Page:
Scammer's betting line generated millions before it unraveled


These days, the biggest lock of Anthony Boscarino's life figures to be the one on the penitentiary cell door.

But there was a time not so long ago that the 44-year-old Phoenix resident was a highly successful Internet sports handicapper and a Strip casino high roller with accounts at the MGM Grand, Bellagio and Mandalay Bay. As the master manipulator behind the "Mike's Lock Club" website, authorities believe Boscarino collected $7.69 million from customers who bought into his Mike Brown Internet character, who contended he had 45 years of sports handicapping experience and had developed a betting system that generated winners 74 percent of the time.

Forget that the actual "Mike Brown" had just turned 40 and had a felony conviction for forgery. On the website, he all but guaranteed success.

Believe it or not, a small army of suckers bought into his story line. Customers paid less than $50 a month to subscribe to his picks. Some coughed up $5,000 for a lifetime "VIP" membership. In exchange, he emailed them his game selections and transferred their money to a Desert Federal Credit Union account, then moved at least $4 million on to Strip casino accounts.

But, wait. There's more. Not only was Mike Brown a 74-percenter, he also had the inside scoop on how to beat the high-limit slot machines in Vegas. He provided a story line that included a friend, "Anthony G.," with a son who worked for a major slot machine manufacturer. The kid, it seemed, had gained possession of "the blueprint of the pay cycles." And in short order Anthony G. had tripled investors' money.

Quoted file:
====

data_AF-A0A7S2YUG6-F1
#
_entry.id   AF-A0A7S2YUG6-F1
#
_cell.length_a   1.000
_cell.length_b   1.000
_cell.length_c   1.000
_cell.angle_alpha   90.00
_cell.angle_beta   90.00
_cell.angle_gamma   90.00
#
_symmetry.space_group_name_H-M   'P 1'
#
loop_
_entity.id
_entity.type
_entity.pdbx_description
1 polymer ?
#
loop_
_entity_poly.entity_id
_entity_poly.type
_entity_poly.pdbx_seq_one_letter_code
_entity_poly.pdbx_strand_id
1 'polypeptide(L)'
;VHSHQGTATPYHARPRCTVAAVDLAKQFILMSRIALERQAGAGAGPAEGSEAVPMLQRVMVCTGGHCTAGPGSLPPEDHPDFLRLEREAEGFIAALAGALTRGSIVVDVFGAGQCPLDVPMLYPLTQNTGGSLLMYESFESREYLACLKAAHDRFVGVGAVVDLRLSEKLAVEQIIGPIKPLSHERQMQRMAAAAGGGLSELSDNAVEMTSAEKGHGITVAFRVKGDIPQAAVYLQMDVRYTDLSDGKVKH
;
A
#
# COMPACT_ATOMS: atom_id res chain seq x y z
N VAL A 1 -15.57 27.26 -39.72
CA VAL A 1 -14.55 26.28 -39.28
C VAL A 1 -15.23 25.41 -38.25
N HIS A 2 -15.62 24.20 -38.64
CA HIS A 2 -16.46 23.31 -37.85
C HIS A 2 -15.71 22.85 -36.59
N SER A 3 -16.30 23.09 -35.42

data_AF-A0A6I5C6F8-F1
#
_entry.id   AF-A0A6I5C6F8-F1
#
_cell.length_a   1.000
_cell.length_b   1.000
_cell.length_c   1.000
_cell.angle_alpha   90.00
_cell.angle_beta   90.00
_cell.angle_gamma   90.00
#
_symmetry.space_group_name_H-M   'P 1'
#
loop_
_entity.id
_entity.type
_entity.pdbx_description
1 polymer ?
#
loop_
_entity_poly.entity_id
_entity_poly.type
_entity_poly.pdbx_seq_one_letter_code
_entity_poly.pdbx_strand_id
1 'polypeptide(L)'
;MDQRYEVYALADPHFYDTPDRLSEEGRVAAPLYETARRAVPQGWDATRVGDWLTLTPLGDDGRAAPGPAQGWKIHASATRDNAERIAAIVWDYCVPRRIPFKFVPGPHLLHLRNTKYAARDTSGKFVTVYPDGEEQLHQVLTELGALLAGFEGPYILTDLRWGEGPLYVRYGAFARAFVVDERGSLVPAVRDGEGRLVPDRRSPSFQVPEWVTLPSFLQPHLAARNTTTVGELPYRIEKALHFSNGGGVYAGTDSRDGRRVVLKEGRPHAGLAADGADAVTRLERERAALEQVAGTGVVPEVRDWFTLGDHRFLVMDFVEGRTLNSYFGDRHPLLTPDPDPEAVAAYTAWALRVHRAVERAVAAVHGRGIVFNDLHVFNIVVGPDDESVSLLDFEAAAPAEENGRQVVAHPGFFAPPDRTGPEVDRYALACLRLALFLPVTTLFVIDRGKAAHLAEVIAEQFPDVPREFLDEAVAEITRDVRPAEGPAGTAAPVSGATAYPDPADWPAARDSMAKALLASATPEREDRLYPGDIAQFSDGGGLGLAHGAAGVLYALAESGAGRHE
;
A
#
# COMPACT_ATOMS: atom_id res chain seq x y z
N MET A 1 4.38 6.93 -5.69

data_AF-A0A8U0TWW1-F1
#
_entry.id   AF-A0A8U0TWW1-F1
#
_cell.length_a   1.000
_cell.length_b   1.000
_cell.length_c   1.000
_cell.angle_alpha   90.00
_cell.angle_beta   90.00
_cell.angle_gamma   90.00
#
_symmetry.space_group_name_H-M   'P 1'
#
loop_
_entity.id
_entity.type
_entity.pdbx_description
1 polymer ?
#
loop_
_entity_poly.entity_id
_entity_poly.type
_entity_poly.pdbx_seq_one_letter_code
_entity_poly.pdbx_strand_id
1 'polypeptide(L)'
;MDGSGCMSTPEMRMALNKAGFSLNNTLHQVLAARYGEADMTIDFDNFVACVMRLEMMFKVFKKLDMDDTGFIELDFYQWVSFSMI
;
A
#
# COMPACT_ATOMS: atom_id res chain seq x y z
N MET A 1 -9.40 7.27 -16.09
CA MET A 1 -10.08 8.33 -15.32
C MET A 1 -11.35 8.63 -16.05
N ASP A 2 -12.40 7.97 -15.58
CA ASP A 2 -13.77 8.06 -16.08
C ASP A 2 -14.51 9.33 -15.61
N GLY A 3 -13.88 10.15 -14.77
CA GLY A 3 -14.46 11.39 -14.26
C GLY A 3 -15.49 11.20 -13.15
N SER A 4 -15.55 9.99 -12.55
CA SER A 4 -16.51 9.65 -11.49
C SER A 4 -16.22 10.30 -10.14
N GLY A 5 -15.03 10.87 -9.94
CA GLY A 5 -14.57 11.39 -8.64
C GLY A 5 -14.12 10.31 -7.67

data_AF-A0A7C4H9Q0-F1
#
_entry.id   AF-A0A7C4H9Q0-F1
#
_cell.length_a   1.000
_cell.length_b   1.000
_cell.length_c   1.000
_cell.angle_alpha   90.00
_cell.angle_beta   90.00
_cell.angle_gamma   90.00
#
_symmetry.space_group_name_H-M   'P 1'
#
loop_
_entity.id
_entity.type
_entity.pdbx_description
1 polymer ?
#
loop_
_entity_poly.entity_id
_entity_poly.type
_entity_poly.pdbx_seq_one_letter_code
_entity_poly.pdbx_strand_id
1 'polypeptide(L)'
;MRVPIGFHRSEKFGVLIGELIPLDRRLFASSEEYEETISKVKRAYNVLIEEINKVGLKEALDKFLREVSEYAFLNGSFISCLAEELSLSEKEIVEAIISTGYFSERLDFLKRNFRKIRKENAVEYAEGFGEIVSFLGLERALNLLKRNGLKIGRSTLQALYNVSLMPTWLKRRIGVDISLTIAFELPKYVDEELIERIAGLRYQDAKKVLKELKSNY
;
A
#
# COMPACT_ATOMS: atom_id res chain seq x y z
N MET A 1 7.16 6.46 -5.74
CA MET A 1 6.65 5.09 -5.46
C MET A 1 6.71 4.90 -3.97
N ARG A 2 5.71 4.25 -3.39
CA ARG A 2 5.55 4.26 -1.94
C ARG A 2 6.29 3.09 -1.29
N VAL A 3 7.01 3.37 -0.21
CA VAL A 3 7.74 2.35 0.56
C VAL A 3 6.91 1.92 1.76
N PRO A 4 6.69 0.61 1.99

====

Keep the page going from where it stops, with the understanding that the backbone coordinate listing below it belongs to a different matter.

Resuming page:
There was one problem, according to the Boscarino indictment.

"Anthony G. … did not exist."

Don't you hate it when reality rears its ugly head and ruins a classic Vegas, something-for-nothing fantasy?

Boscarino worked his email solicitation lists encouraging members to "invest" in "Anthony's Outings" at Aria, Bellagio, MGM Grand and Mandalay Bay from May 2008 to February 2010. Of course, the outings didn't exist.

And when the "investments" didn't pay off, Boscarino reported to his clients that Anthony G. had lost money because those pesky slot folks at Bellagio switched computer chips inside the high-limit machines.

As the months passed, Boscarino touted Anthony G's wins at the slots from 14 percent to a whopping 1,204 percent. And people believed him. One sucker dropped $50,000 on the scam.

That's right. Rather than fly to Las Vegas and probably lose the money himself, he chose to send it to Boscarino, who fed his gambling habit and benefits as a high-end customer.

What Boscarino didn't gamble away he used to support a high-rolling home life with wife Marguerite Gerhart.

By the time the Securities and Exchange Commission, IRS and FBI stopped him, his Internet deception had generated millions. While some will wonder why it took so long to unravel his scheme - his 74 percent winning record was laughable on its face - by August 2010 Boscarino was slammed with an 88-count indictment alleging wire fraud, money laundering, mail fraud, tax evasion and firearms charges.

Not even Mike Brown at his most creative would have given Boscarino favorable odds of beating the rap.

A strange thing happened on the way to Boscarino's March 19 trial date, something as improbable as one of his suckers having a winning season. This past week in Tucson, Ariz., Boscarino changed his plea to guilty to 85 of 88 charges. Despite his experience in handicapping the justice system, he folded under the weight of the evidence without signing a plea agreement.

Boscarino is done, but somewhere in cyberspace another "Mike Brown" prepares a guaranteed winner just in time for the Super Bowl.

And for just a few bucks, he'll send it to you and make you a member of an exclusive insider's club.

Consider that the lock of every season.

John L. Smith's column appears Sunday, Tuesday, Wednesday and Friday. E-mail him at Smith@reviewjournal.com or call (702) 383-0295. He also blogs at lvrj.com/blogs/Smith

 

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